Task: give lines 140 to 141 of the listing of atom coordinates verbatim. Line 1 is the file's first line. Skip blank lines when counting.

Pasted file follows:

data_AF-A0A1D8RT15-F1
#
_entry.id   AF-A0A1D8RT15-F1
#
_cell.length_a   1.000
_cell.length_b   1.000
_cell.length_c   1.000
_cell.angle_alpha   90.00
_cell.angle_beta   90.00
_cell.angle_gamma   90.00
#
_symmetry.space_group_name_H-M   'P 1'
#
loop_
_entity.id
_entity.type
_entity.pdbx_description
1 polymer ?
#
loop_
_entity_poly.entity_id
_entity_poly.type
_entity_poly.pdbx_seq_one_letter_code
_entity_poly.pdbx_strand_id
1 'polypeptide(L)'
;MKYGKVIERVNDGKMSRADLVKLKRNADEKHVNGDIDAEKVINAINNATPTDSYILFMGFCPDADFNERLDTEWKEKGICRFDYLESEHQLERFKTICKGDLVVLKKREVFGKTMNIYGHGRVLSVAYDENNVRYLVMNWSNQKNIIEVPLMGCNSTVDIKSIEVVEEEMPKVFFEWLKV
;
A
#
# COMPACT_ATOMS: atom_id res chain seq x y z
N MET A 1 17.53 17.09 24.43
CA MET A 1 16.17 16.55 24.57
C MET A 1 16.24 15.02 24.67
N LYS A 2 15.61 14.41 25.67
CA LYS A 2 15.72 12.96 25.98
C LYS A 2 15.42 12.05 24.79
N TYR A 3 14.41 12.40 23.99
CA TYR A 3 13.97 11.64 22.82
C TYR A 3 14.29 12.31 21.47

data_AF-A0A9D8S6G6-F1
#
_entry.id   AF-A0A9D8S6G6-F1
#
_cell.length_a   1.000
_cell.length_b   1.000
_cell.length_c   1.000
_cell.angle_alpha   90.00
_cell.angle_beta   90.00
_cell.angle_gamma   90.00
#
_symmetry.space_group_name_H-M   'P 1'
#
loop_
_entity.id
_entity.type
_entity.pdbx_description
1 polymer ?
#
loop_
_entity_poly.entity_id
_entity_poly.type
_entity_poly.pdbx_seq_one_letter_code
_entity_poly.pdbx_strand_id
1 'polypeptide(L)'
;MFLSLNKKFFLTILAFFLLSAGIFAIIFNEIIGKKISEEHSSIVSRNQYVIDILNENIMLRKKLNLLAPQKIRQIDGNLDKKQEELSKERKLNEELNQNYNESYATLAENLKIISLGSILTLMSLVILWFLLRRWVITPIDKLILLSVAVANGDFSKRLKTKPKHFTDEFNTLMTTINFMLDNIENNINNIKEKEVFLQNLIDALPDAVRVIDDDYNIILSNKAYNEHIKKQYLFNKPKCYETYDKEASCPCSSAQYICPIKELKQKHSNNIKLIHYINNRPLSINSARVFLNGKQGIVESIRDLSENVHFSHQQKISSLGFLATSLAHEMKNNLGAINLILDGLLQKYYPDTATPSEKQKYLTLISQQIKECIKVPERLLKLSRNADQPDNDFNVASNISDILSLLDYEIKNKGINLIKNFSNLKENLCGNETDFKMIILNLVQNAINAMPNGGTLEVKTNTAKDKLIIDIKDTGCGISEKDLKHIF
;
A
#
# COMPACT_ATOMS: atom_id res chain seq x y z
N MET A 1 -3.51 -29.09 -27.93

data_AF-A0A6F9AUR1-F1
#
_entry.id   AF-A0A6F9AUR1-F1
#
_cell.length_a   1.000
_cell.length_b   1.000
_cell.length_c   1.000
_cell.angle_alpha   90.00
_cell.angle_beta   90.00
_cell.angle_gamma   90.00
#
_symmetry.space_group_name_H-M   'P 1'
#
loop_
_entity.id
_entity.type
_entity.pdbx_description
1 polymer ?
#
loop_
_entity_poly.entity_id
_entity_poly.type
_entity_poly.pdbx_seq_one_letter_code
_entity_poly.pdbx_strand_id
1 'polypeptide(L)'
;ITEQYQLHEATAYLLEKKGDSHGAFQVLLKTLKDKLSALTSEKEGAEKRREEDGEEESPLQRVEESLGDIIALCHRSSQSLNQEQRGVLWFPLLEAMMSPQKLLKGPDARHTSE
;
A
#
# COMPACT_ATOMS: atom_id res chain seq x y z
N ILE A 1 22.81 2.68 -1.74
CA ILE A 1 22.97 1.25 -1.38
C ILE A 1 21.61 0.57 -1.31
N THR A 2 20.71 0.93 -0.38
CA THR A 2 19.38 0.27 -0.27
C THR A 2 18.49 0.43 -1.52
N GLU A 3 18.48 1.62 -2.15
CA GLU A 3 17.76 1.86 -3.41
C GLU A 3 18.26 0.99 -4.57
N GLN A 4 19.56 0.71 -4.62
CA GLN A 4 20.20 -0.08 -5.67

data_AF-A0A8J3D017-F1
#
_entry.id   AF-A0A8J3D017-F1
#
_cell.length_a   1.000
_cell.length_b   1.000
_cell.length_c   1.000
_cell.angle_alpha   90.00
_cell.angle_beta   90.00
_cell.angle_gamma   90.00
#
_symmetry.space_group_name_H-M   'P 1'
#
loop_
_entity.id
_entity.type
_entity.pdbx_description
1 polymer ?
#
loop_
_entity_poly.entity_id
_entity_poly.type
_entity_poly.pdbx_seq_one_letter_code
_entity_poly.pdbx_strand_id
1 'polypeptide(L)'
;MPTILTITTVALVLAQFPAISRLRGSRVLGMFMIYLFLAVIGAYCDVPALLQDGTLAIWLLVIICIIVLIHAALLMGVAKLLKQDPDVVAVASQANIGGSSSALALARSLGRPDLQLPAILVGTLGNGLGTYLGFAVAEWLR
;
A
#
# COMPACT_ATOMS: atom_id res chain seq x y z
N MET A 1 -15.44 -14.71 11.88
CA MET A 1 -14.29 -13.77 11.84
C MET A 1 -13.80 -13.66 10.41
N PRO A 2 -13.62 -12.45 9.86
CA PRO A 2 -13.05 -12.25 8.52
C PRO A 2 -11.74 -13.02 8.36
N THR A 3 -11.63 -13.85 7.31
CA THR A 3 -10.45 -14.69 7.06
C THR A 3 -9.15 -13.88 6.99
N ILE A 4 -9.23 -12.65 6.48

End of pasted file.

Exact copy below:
#
# COMPACT_ATOMS: atom_id res chain seq x y z